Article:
These 2 leaders never ask for any credit, are never in the limelight, and are so very essential to the financial and procedural growth of College of Adaptive Arts. To Richard Hermerding & Bobbi Tafoya, College of Adaptive Arts Salutes and Honors you today and everyday as true Movers of the Mountain to illuminating and cultivating the authentic abilities of adult learners of all ages and abilities.
This month in College of Adaptive Arts 10th Anniversary of creation, we’d like to honor a very special professor this month in honor of LGBTQ Pride Month in June. Professor Jay Torres is an exceptional leader in the special needs community as well as the community at large.
College of Adaptive Arts was privileged enough to meet Jay in 2014 through a connection from the Director of the School of Dance. She visited a class one auspicious fall evening soon after we were forced to exit our original site due to a significant rent increase. The time was right for everyone to find each other, because Jay joined our staff soon afterwards. The College of Adaptive Arts’ students have blossomed, the School of Dance has blossomed, and Jay Torres has absolutely blossomed into an incredibly exceptional and exquisite human being.
Jay is an individual who has faced some keen complexities in life. Having suffered significant abuse as a child, having entered into jobs to fulfill the wishes of others, and having experienced a bout of homelessness, Jay found College of Adaptive Arts. She confided later that she had never worked with special needs individuals before this time.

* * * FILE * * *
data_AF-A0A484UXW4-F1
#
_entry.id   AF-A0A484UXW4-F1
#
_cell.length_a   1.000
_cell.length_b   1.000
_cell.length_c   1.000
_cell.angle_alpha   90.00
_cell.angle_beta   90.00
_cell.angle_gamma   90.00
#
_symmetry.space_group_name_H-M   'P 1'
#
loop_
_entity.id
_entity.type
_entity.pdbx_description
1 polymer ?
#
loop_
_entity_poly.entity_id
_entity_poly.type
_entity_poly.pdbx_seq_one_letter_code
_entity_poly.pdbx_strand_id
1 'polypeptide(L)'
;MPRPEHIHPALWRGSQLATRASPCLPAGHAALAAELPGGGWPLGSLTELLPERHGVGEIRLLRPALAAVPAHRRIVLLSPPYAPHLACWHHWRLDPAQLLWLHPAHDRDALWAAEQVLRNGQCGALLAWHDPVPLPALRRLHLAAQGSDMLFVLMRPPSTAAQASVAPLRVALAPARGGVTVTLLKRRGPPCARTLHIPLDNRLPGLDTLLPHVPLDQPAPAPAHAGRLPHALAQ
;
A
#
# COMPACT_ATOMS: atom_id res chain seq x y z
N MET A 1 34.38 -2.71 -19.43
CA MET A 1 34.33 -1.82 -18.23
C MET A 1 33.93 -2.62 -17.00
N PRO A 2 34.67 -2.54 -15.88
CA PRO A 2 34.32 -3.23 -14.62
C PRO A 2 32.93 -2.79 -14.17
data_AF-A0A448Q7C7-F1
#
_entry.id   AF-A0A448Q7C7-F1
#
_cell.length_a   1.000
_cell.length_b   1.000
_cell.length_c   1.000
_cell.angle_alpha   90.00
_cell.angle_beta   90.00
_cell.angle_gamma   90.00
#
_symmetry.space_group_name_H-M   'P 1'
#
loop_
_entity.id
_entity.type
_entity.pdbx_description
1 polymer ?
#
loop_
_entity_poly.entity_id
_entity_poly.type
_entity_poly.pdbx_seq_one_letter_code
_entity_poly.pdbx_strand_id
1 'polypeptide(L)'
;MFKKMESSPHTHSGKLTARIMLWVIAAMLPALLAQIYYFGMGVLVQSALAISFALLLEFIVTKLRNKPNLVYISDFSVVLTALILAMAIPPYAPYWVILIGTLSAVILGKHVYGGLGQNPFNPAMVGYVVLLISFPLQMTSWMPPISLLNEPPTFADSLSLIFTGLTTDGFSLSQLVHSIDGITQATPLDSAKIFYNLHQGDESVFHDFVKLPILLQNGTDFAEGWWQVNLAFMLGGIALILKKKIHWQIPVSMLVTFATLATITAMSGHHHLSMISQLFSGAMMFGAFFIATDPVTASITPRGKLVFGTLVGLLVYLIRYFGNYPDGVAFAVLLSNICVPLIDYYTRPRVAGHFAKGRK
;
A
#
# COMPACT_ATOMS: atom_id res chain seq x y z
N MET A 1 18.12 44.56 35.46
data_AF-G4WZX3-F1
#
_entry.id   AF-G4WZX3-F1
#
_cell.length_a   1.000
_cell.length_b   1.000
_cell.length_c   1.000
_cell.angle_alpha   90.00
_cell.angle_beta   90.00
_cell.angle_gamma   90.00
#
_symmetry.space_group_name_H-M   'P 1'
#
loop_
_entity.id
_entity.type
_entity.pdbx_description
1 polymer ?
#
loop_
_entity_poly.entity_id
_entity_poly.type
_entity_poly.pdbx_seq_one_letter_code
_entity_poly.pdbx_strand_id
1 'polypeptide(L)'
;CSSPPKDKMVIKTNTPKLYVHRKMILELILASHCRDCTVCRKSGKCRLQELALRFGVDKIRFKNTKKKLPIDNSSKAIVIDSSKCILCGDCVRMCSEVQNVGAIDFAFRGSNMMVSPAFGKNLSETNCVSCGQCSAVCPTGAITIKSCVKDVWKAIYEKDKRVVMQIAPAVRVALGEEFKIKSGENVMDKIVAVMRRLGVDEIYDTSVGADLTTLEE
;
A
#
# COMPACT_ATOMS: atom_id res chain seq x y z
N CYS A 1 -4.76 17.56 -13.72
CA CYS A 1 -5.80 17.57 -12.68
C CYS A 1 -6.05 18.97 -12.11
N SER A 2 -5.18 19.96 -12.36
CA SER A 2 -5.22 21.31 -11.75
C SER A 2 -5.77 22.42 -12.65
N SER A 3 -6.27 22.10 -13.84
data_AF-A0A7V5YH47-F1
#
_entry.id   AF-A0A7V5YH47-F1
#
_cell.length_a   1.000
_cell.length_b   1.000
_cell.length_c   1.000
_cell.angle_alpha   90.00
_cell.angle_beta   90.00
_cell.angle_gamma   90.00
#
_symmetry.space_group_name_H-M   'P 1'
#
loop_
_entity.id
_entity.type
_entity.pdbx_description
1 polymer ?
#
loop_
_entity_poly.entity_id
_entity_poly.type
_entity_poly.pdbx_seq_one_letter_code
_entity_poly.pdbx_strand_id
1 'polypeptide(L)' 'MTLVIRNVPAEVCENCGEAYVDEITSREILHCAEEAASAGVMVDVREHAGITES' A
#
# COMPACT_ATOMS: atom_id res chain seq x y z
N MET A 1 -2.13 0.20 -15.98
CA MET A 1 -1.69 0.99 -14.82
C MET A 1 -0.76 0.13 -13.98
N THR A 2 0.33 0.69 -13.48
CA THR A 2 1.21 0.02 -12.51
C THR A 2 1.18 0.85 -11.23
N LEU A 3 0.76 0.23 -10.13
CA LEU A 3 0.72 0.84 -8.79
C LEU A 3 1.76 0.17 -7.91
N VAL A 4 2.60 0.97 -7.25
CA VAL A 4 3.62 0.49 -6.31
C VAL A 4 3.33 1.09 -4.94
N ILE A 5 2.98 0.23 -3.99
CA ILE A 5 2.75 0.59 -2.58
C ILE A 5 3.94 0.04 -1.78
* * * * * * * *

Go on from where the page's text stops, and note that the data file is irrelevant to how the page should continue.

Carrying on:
This turned out to be a profound blessing, because she treated her students just like any other student studying dance, with the highest expectations, constant guidance, and support, and lots of lots of repetition. She has never once felt sorry for her students, and in turn, her students pour their heart and soul out during her Latizmo classes, so hungry and eager to learn more and more complex choreography and dance moves. Finally these adults found someone who truly believes in them and does everything within her power to bring out the very best in the students.